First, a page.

This was written by Prerna after Men In Power’s “Gender in the Media” event on Tuesday…whew. More info soon about feminist actions in response to Men In Power on campus!
“I attended the recent panel discussion hosted by Men in Power as one of the “demonstrators.” It was certainly kind of Mr. Saltarelli to provide the audience with that label for us, and even kinder of him to attempt to clarify our intentions in the event of confusion, as we so thoughtlessly neglected to do. Regrettably, however, although I must confess, not surprisingly, he failed to grasp what may have been a subtle point.
As I heard their panelist say after the event, Men in Power fully understands the historical/social structures, attitudes, and institutions that its name indexes. According to him, at least part of the reason for the name is that they hope to debunk those references with the mission and content of the group. While I might question why this dissociation is a good thing, I will (for now) accept at face-value the simplistic answer that I got on Monday night: it would be nice if a man in a position of power was not automatically assumed to be “bad.” What Men in Power is saying, then, seems to be that we should look beyond the socially-indexed stereotype to the actual content underneath. I wish they could have done the same for my apron; it indexes the same complicated set of conditions as “Men in Power,” and I wore it, not to point to those stereotypes, but to the problems with them. Underneath the apron, I was a person with a much more complicated opinion than “this is how Men in Power wants women to be.” I’d like to thank Mr. Saltarelli, however, for trying.
I’d also like to thank Men in Power for organizing a discussion about “Gender and the Media.” Unfortunately, none of us got to hear much about this, because Men in Power very literally monopolized the conversation. Some of this was unavoidable, simply because of the questions asked by the audience, but it was evident even before the floor (so to speak) was opened. The panelist from Men in Power spoke more, possibly, than the rest of the panel put together. He took on a highly aggressive role in the conversation, often interrupting other panelists, and displaying obvious irritation on the two occasions when he was himself interrupted. On one occasion, when the interruption was made in order to note that the panel’s usage of a gender binary marginalizes alternative gender-identities in the same way that the mainstream media does, this irritation caused him to completely sideline (marginalize?) the comment. Based Monday’s hypertextual performance, which was, frankly, far more telling than anything actually expressed, I find myself less than sanguine about (not their purpose, not their name!) the role that Men in Power will play in the broader performance of social analysis, knowledge-production, and emancipation that we like to believe is taking place around us. The group’s creation has already instigated a safety-zone for the unashamed expression of latent sexist, anti-feminist, and anti-queer attitudes. While it may not have been the intention of the group to do this, it is certainly incumbent upon them to address it as an issue.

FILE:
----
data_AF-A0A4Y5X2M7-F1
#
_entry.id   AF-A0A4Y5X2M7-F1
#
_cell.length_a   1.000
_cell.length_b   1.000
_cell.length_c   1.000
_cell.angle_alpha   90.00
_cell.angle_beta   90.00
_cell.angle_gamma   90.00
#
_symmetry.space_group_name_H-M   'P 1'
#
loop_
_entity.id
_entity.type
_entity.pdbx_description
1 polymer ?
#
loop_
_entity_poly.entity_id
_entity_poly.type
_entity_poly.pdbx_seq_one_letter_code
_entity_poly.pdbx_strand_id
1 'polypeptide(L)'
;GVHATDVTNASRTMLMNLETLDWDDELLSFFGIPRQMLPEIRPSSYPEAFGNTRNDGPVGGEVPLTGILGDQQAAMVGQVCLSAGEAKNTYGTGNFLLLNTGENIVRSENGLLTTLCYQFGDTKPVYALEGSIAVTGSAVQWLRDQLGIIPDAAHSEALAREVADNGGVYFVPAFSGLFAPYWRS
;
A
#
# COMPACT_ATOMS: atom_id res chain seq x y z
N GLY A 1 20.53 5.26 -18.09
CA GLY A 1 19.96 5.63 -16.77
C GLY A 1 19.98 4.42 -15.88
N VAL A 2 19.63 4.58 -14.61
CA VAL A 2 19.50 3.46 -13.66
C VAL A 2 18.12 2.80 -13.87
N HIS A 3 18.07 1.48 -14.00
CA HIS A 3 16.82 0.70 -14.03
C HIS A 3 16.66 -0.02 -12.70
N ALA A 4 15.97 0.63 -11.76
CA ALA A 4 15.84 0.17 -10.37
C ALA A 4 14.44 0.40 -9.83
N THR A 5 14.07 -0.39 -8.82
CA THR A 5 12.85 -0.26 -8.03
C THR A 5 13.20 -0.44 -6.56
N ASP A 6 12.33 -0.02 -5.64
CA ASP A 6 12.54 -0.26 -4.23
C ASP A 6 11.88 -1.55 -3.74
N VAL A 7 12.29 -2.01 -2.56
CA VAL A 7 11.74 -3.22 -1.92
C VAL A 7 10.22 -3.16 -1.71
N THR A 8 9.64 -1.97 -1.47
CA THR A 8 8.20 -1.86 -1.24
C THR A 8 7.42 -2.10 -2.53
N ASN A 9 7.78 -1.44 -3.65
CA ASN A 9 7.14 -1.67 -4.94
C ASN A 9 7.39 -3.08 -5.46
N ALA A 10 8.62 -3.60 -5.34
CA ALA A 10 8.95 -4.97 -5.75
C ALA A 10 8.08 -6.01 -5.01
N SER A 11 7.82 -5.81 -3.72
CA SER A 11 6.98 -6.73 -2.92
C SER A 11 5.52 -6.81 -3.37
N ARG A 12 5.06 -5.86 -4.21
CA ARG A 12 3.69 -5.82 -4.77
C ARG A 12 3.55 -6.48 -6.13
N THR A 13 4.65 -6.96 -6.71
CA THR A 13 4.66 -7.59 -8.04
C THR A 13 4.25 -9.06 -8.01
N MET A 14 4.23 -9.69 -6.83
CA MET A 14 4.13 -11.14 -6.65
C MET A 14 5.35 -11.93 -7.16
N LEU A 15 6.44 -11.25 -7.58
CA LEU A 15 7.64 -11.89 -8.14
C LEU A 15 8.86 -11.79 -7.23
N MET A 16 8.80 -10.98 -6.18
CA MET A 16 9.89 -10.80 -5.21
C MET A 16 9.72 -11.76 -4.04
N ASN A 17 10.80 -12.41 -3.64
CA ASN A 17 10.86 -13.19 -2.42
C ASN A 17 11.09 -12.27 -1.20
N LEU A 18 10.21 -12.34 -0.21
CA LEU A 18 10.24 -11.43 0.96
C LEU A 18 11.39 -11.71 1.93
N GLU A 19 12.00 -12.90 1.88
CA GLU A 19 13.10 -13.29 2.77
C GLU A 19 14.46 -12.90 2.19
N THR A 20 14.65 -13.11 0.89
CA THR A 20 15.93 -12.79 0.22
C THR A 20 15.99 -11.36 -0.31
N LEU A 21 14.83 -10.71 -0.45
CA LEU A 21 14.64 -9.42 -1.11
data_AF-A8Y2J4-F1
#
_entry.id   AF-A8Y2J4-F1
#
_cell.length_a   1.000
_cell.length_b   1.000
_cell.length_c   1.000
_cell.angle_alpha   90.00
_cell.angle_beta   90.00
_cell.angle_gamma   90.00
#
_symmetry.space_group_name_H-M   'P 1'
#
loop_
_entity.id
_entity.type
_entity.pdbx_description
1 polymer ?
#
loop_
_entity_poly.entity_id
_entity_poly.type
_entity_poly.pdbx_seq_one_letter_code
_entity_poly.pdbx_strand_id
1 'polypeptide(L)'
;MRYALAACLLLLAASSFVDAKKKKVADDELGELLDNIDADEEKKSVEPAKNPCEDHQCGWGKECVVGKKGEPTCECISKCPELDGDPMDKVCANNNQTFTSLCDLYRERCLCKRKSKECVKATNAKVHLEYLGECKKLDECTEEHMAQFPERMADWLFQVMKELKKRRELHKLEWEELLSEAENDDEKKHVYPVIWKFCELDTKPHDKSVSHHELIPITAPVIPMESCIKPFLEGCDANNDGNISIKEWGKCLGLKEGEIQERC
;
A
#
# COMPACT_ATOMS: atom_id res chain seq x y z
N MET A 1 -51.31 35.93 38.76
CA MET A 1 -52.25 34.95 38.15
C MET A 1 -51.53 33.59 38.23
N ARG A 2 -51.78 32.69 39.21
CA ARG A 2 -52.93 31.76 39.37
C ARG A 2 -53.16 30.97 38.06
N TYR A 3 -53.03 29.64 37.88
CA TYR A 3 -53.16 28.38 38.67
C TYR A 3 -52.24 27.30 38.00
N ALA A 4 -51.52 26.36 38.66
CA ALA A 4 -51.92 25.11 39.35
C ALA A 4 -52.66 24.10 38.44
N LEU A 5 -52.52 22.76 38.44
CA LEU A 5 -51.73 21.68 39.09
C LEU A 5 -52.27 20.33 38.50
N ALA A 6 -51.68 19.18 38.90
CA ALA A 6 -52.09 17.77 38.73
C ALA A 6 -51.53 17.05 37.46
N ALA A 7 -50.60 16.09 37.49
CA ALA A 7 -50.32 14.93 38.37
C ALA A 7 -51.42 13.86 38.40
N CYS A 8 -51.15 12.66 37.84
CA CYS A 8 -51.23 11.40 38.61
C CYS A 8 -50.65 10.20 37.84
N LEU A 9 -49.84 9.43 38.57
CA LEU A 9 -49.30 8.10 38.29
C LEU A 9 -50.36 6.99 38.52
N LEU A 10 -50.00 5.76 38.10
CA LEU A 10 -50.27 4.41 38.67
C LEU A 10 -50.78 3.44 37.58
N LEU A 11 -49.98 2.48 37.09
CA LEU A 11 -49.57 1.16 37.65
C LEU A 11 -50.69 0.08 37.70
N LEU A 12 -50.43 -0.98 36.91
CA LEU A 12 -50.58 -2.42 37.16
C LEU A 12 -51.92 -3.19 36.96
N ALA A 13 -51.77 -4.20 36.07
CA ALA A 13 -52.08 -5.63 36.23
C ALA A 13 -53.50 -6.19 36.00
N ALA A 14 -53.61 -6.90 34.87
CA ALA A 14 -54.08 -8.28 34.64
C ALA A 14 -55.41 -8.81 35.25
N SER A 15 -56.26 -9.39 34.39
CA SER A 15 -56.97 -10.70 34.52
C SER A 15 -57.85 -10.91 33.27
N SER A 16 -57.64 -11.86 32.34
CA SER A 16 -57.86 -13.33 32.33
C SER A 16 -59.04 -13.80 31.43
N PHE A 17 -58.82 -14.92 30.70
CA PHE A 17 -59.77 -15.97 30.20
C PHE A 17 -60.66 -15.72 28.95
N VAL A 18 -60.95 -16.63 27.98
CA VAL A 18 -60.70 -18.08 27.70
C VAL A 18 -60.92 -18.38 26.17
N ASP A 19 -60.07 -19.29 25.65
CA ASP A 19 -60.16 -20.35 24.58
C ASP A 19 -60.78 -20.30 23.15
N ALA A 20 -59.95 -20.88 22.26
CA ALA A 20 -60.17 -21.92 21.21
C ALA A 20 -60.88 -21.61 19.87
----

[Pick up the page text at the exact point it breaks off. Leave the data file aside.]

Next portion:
Less surprising, but still disappointing, was the fact that Men in Power exerted a topical monopoly as well. Aside from a strange preoccupation with gang violence (strange, insofar as it seems strange for an advocacy group on campus to be concerned with gang violence, which is unlikely to affect any of their demographic except possibly as collateral damage), the group has identified a number of intriguing issues. However, it seems questionable whether they will ever actually manage to engage with the important issues they mention, given the amount of time that they have so far spent defending their group relative to its name. It might behoove them to change, if only in the interests of their stated mission (I suggest “Students for Ideological Stubbornness”)
All this aside, however, I have to admit that I found my apron to be surprisingly comfortable, not to mention utilitarian, and may take to wearing it more often. Unfortunately, cozy though they are, both apron and the academic/intellectual veneer applied to real-life discussion at this university share a fundamental flaw: neither offers sufficient protection, much less emancipation, from the bigoted and oppressive social conditions that produce and underlie them both.”